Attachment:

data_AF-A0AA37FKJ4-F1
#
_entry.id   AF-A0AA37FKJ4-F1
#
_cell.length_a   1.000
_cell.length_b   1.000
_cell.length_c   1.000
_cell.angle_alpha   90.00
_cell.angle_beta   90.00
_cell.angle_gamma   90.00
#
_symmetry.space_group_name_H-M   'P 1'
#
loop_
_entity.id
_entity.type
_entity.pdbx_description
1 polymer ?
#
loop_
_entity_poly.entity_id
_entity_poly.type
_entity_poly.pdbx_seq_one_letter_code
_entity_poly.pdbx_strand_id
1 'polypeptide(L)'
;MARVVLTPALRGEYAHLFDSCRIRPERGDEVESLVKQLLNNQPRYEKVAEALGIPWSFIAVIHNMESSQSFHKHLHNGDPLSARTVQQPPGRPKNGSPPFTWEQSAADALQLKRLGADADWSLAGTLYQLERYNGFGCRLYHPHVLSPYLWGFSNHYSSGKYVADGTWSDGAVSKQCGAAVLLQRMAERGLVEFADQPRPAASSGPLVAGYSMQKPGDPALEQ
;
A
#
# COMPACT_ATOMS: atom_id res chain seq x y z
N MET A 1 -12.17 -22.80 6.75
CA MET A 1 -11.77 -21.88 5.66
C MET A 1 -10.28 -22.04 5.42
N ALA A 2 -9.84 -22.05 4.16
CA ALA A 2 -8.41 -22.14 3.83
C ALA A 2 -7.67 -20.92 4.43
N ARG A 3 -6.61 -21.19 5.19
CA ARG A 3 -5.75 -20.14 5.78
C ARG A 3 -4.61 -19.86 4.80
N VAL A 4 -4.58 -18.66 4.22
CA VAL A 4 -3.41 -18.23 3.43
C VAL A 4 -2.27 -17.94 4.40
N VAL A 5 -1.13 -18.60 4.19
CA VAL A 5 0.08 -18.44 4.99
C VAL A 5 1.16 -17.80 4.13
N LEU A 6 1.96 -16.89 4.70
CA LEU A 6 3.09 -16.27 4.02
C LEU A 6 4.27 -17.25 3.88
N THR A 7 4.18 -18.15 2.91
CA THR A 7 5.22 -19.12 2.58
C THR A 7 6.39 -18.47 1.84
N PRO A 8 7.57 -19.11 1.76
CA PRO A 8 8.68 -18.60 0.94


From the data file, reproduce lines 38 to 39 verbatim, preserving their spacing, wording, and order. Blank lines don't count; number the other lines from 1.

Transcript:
CA ARG A 3 -5.75 -20.14 5.78
C ARG A 3 -4.61 -19.86 4.80